Rendering of the skyscraper (all images courtesy of Ministry of Housing)

For centuries, tourists have flocked to Cairo to behold the Pyramids of Giza firsthand. The 4,500-year-old monuments are one of the Seven Wonders of the Ancient World, but they feel just as modern as any piece of contemporary architecture.

Last week Egypt’s Minister of Housing Moustafa Madbouly announced that the country will build a triangular skyscraper inspired by the ancient buildings in West Cairo’s Sheikh Zayed City district, according to the Cairo Post. Topping off at approximately 650 feet and dubbed the Zayed Crystal Spark, it will dwarf the Great Pyramid — which sits some 20 miles away — by about 18 stories. When completed it will be the tallest building in Egypt.

Though full details will be released at an economic summit later this month, renderings of the 8.5-million-square-foot Zayed Crystal Spark development have already been unveiled. They show two flashy structures: a tall, skinny pyramid alongside a shorter, fatter one. The buildings appear to float within a vast, rectangular water basin — an effect likely intended to amaze, but that comes off a bit tacky in the renderings.

Presumably, the yet-unnamed architect intended to create an architectural dialogue in Cairo’s landscape between the old and new. But if the early mock-ups are any indication, the development seems more like the type of imitation architecture you’d expect to find in Las Vegas, not in a location that’s just a half-hour drive from the real pyramids. The whole concept feels strangely distasteful; just imagine if Athens began constructing buildings that mimicked the Acropolis. It’s as if Egyptian officials were trying to squeeze every penny possible out of the iconic pyramid form. And that might actually be the case.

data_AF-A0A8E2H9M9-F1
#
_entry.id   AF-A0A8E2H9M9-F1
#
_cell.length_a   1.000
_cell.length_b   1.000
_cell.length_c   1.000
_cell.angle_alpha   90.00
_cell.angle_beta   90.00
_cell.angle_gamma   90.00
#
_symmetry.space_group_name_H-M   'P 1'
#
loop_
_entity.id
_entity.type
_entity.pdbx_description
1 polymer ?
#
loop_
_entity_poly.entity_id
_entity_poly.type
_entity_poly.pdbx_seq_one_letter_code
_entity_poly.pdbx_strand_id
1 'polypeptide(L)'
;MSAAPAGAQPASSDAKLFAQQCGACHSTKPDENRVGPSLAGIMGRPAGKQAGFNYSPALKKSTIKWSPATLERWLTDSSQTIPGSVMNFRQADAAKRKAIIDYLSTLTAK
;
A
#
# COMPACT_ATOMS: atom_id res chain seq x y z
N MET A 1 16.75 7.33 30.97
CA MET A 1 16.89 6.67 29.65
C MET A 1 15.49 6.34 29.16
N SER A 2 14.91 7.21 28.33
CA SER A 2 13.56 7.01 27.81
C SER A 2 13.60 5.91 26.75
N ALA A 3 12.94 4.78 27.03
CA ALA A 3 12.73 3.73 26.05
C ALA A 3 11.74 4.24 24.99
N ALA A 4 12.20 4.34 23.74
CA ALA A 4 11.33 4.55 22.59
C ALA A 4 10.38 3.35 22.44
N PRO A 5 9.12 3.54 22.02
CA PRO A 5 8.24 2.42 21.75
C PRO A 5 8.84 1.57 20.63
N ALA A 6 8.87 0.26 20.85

Madbouly said the project will bring much-needed investment to the cash-strapped country. Though construction costs haven’t been released yet, the structures will be built through a public-private partnership between real estate developers and the New Urban Communities Authority. “It is an administrative, commercial and entertainment project as it includes buildings for various purposes, in addition to the unique 200-meter tower,” the housing minister said. In a conflict-rattled country where more than 22 million people live in poverty, let’s hope that, at the very least, it serves its intended purpose.

Aerial rendering of the skyscraper

Aerial rendering of the skyscraper

h/t ArchDaily

Laura C. Mallonee

Laura C. Mallonee is a Brooklyn-based writer. She holds an M.A. in Cultural Reporting and Criticism from NYU and a B.F.A. in painting from Missouri State University. She enjoys exploring new cities and...